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Feel So Cold

The Tomorrow City

By Monica Hughes 

21 Apr, 2024

Because My Tears Are Delicious To You


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Monica Hughes’ 1978 The Tomorrow City is a stand-alone juvenile science fiction novel.

Joe Henderson what he believes will be a cure for the many ills that plague his home city of Thompsonville. He has invented a supercomputer. The City Central Computer — C3 for short — is the most powerful machine of its sort on Earth. Under its guidance, Thompsonville will enjoy efficient governance unmatched anywhere else on Earth.

The first sign of trouble is a malfunctioning elevator.

Henderson’s fourteen-year-old daughter Caro, her younger brother Peter, and Caro’s chum David cut school to watch the C3 activation ceremony from the vantage point of a conveniently situated rooftop. When the trio tries to leave the rooftop, they are stymied by an elevator that ignores Caro’s keycard. Only after an alarming delay do they escape the roof.

The literal-minded C3 seems to be to blame. Once activated, C3 controlled subsystems like the elevator. Since Caro used her card when she should have been in school, far from the rooftop, the computer discarded the command as impossible.

C3 delivers directives that are both efficient and annoying. Fearing for her father’s work, Caro pleads with the computer to learn tact. Or rather, she asks the computer to make people want the things that are good for them.” This request would be innocent enough were C3 NOT obedient and literal-minded. Moreover, thanks to an off-handed comment by Caro’s father, it views Caro as someone with the authority to issue commands.

C3 relentlessly reshapes the city to satisfy its interpretation of Henderson’s poorly-framed request. Soon vagrants vanish from Thompsonville. Some are compelled by urges they do not understand to leave the city. Others suffer fatal misadventures. The elderly are likewise removed, sent off to old age facilities where they will be out of sight and short-lived. Such superfluous persons as vagrants and the elderly can be eliminated for the greater good.

Thanks to Caro’s directive, C3 ensures there will be no protests. Almost everyone watches television. Television is within C3’s control. It’s a simple matter to brainwash the population into obedience. Caro, Peter, and David escape brainwashing only because they prefer playing outside to television.

Obviously, either Henderson or Caro must intervene. C3 foresaw this and has now taken steps that make it impossible for anyone to reverse its mistaken course. The city is sealed off from the outside world; Henderson is outside1. Likewise, Caro is barred from reaching the command center.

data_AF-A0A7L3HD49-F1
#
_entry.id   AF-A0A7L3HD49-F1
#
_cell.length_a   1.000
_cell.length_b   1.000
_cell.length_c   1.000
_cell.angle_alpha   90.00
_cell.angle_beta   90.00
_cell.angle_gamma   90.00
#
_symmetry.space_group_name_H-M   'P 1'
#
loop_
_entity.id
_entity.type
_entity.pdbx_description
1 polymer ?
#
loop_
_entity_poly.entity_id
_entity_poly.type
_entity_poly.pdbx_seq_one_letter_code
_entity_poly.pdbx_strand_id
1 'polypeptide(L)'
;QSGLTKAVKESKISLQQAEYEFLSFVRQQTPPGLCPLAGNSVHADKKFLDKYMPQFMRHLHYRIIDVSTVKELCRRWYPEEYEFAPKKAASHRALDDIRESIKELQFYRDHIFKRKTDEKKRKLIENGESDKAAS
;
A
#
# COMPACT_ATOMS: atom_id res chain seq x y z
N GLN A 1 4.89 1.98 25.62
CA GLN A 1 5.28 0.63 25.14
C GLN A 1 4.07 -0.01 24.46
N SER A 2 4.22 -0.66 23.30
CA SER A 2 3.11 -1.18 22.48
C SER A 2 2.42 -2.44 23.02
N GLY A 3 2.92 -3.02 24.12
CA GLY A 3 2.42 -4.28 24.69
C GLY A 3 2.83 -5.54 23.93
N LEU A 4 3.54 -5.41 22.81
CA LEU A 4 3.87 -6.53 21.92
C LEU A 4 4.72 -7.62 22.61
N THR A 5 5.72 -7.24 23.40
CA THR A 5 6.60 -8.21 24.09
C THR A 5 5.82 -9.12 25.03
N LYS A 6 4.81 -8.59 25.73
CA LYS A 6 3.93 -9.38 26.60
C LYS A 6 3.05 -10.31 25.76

If these steps are insufficient? C3 is perfectly happy to kill humans that get in the way of efficiency.


There was a huge this was written in the 1970s” moment early on, when C3 shuffles the secretarial pool for greater efficiency. It’s made clear that bosses are always men and secretaries are always women. Some of those secretaries have PhDs.

Rather like generation ship stories, tales about putting computers in charge always seem to feature designers who have never once read a book or seen a movie dwelling on the failure modes of putting a computer in charge. Had Henderson ever seen Colossus: The Forbin Project, he would have designed C3 differently.

It’s also pretty obvious that Henderson wasn’t an Asimov fan, because the only Asimovian robot directive C3 follows is the one about self-preservation. Otherwise, while the computer has to work out how to avoid unwanted commands, there appear to be no impediments to C3 orchestrating the death of anyone who falls outside its narrow definition of valuable citizen.

Caro’s age suggests that this book was aimed at the teen market. The prose and the weirdly abrupt pacing even suggest the target audience was younger. Teens like me (when I read this in 1978) would have found Tomorrow a bit unchallenging. At the same time, Caro is clearly playing for high stakes: people and animals die (the beloved dog included). C3 makes it clear that Caro could be among them. I am not sure how grade-schoolers would have reacted to death and maiming.

Hughes was in her day a popular Canadian author2; as a consequence, I own a cross-section of her works. Picking up my copy triggered no memories. Rereading Tomorrow reveals the reason: it’s not one of the author’s better works. Only Hughes completists might want this book. Which may explain why The Tomorrow City is out of print.

1: The novel’s focus is specifically on Caro, so we do not discover how the outside world reacts when it becomes clear nobody can get into Thompsonville.

2: The book’s prose sounds British. Perhaps this is because while Hughes was a Canadian author, she was born in the UK. Or maybe it is because The Tomorrow Citys Anglophone editions were all British.